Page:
Stages II, III, IV: Fetoscopic laser photocoagulation of placental anastemoses is considered by most experts to be the best available approach for states II, III, and IV TTTS in continuing pregnancies at < 26 weeks, but the meta-analysis data show no significant survival benefit, and the long-term neurologic outcomes in the Eurofetus trial were not different than in nonlaser-treated controls. Survival rates of 50-70% can be expected after fetoscopic laser for the treatment of TTTS (Table 7). Expectant management and amnioreduction remain 2 options in cases if TTTS > stage I at <26 weeks of gestation in which the patient does not have the ability to travel to a center that performs fetoscopic laser photocoagulation. In cases complicated by severe unequal placental sharing with marked discordant growth and IUGR, major malformation affecting 1 twin, or evidence of brain injury either before or subsequent to laser, selective reduction by cord occlusion may be a reasonable management choice for the patient and her family < 24 weeks’ gestation.

Stage V: In cases of death of 1 MCDA twin, the risks to the cotwin include a 10% risk of death and 10-30% risk of neurologic complications. No intervention has been evaluated in randomized trials to try to ameliorate outcome. Antepartum: Steroids for fetal maturation should be considered at 24 0/7 to 33 6/7 weeks, particularly in pregnancies complicated by stage > III TTTS, and those undergoing invasive interventions.

Delivery: Optimal timing of delivery for TTTS pregnancies depends on several factors, including disease stage and severity, progression, effect of interventions (if any), and results of antenatal testing. Timing of delivery at around 34–36 weeks may be reasonable in selected cases.


TTTS was first described by a German obstetrician, Friedrich Schatz, in 1875. Once defined by neonatal parameters—differences in birth weight and cord hemoglobin at the time of delivery—TTTS is now defined differently. Today, it is known that discordant fetal weights will most likely be a late manifestation, and fetal hemoglobin through cordocentesis is often equivalent in the twin pair even in severe TTTS.[26]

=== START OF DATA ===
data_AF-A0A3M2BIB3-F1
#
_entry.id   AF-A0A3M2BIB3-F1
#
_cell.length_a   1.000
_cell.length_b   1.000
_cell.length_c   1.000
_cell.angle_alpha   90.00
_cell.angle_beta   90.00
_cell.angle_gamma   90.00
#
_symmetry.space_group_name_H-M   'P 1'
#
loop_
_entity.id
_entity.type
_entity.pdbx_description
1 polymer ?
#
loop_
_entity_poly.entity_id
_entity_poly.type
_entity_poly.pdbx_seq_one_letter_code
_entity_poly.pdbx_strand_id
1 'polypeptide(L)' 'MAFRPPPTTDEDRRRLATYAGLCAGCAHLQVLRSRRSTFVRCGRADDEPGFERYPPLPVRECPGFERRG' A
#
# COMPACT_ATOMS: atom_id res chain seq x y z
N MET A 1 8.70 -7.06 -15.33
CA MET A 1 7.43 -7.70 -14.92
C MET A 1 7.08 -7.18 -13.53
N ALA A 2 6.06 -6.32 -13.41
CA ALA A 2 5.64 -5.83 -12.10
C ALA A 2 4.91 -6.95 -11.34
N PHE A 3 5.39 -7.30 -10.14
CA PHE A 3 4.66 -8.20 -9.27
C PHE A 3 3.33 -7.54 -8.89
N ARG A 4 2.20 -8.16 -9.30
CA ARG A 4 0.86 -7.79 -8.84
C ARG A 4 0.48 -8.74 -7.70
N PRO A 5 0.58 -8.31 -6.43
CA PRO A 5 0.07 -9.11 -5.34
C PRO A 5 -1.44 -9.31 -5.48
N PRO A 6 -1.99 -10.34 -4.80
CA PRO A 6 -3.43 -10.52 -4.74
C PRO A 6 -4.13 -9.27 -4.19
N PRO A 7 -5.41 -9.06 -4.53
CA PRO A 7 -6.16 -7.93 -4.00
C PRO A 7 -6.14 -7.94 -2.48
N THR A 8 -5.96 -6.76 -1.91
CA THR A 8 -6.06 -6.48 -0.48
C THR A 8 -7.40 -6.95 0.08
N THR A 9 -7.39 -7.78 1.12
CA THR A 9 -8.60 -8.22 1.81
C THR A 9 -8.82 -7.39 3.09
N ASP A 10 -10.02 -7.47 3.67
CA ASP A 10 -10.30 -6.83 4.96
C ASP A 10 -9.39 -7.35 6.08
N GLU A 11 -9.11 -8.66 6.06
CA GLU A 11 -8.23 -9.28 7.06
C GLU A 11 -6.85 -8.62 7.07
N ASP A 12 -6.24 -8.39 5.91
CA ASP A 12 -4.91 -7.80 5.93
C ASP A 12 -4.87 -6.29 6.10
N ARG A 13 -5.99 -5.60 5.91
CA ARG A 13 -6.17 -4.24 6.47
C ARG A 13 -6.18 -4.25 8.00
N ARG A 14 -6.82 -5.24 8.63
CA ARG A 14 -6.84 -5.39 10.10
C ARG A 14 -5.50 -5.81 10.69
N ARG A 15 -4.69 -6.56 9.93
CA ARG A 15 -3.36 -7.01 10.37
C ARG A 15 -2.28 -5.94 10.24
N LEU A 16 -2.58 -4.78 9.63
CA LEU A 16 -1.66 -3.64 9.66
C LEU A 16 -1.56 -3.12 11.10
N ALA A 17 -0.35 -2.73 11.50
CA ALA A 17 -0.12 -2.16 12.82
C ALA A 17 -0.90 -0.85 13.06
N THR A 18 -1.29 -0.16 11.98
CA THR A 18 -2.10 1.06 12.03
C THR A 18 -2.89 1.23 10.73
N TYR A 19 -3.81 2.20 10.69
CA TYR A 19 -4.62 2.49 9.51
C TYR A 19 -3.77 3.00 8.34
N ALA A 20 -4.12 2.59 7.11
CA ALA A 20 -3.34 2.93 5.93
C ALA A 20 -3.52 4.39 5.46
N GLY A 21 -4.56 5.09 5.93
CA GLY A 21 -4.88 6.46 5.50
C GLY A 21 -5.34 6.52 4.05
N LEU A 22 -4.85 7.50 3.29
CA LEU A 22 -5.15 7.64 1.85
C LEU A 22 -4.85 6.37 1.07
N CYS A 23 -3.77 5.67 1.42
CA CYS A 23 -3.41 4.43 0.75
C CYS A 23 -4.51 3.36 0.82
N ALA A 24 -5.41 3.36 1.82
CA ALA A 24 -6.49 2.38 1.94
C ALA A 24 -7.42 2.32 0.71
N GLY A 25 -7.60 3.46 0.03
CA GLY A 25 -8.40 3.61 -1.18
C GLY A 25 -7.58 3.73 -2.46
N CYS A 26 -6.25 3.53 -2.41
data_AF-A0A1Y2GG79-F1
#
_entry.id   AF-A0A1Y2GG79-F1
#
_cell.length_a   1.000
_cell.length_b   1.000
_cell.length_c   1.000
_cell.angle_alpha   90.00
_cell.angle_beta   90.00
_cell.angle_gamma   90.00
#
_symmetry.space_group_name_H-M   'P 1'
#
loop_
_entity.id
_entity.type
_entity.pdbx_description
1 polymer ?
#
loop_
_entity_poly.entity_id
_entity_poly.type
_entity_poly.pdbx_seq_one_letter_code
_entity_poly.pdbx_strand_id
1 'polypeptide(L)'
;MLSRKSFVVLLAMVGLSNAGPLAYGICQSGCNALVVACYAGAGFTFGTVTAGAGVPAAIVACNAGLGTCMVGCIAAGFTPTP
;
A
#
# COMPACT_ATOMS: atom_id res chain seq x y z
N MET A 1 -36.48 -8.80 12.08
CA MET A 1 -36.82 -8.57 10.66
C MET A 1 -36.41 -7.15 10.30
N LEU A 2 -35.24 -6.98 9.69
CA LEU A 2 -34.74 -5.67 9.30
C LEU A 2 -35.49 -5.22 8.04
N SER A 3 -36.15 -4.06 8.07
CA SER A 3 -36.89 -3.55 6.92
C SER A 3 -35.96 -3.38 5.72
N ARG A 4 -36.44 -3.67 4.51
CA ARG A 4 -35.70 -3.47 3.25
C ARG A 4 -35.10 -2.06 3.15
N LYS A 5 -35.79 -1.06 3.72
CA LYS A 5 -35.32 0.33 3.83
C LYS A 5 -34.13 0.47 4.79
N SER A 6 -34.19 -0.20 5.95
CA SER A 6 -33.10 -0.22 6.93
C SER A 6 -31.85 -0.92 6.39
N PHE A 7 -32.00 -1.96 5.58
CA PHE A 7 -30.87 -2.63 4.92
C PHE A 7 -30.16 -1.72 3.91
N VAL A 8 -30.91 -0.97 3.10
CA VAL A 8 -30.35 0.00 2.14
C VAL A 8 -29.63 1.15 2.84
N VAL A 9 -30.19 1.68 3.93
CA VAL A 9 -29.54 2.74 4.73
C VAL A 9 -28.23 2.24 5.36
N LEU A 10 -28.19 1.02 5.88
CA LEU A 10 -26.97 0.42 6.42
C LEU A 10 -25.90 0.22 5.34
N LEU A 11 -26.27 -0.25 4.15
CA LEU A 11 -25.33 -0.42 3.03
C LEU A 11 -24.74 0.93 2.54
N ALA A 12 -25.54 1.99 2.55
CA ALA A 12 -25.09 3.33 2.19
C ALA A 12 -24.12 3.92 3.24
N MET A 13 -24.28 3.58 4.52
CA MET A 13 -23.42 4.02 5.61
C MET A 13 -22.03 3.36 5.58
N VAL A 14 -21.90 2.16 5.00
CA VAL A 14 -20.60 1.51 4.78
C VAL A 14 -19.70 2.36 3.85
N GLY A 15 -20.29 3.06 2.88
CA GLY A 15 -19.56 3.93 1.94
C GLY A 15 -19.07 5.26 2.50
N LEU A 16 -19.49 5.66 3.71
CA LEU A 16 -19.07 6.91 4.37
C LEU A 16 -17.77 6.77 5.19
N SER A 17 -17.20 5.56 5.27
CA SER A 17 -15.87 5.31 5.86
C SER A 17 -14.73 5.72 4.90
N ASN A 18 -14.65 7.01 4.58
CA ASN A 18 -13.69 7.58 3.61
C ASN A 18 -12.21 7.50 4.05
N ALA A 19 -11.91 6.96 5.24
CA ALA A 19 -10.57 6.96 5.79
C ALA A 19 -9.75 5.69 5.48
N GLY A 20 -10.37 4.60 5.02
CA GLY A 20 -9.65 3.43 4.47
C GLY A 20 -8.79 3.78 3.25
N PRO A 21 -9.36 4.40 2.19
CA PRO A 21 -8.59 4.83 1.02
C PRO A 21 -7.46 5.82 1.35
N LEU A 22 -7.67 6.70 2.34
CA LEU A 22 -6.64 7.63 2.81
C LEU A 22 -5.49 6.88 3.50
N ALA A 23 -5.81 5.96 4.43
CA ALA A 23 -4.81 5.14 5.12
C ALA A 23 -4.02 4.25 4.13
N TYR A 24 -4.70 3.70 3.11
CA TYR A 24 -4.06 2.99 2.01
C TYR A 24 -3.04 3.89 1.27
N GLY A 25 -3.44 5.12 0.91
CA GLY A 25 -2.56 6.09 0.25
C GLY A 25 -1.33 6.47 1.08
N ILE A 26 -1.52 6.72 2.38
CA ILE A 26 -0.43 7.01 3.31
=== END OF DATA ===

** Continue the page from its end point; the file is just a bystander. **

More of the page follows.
TTTS in art[edit]

De Wikkellkinderen (The Swaddled Children), 1617, by an unknown artist, is thought to depict TTTS.

A painting known as the De Wikkellkinderen (The Swaddled Children), from 1617, is thought to represent a depiction of TTTS.[27] The drawing shows twins that appear to be identical, but one is pale (possibly anemic), while the other is red (possibly polycythemic). Analysis of the family histories of the owners of the painting suggests that the twins did not survive to adulthood, although whether that is due to TTTS is uncertain.

Although somewhat of a stretch, due to the detail of "magical birthgiving" in the folklore, an example of TTTS might have been noted ages before Schatz classified it or the painting "De Wikkellkinderen" illustrated, as an old Norse fairy tale, "Tatterhood", seemed to explain it, with one of the two girls being lovely but weak (pale skin and delicacy of anemia has often associated with how girls were most expected to be at the time) and the other one, the title heroine, was considered hideous and too strong (polycythemia has a higher blood cell count and often includes unsightly blemishes). Of course, with both twins growing up to be healthy adults, the debate of truth in fiction is still a mystery.[citation needed]

Notable individuals[edit]

Michael J Fox[28] In his book, he describes the birth of his twins and how they suffered from TTTS.[vague]

See also[edit]

External links[edit]


Treatment centers[edit]

Further reading[edit]

  • Skupski, Daniel W. MD, Twin-To-Twin Transfusion Syndrome, 2013. Jp Medical Ltd.
  • Quintero, Ruben A. (editor), Twin-Twin Transfusion Syndrome, 2007. CRC Press


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  18. ^ a b . Sebire NJ , Souka A , Skentou H , Geerts L , Nicolaides KH . Early prediction of severe twin-to-twin transfusion syndrome . Hum Reprod . 2000;15:2008–2010
  19. ^ Sebire NJ , D'Ercole C , Hughes K , Carvalho M , Nicolaides KH . Increased nuchal translucency thickness at 10-14 weeks of gestation as a predictor of severe twin-to-twin transfusion syndrome . Ultrasound Obstet Gynecol . 1997;10:86–89
  20. ^ Kagan KO , Gazzoni A , Sepulveda-Gonzalez G , Sotiriadis A , Nicolaides KH . Discordance in nuchal translucency thickness in the prediction of severe twin-to-twin transfusion syndrome . Ultrasound Obstet Gynecol . 2007;29:527–532
  21. ^ Linskens IH , de Mooij YM , Twisk JW , Kist WJ , Oepkes D , van Vugt JM . Discordance in nuchal translucency measurements in monochorionic diamniotic twins as predictor of twin-to-twin transfusion syndrome . Twin Res Hum Genet . 2009;12:605–610
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  27. ^ Berger H, de Waard F, Molenaar Y (2000). "A case of twin-to-twin transfusion in 1617". Lancet 356 (9232): 847–8. doi:10.1016/S0140-6736(00)02665-9. PMID 11022944. 
  28. ^ Fox, Michael J. "Pg 197." Lucky man. New York: Hyperion, 2002.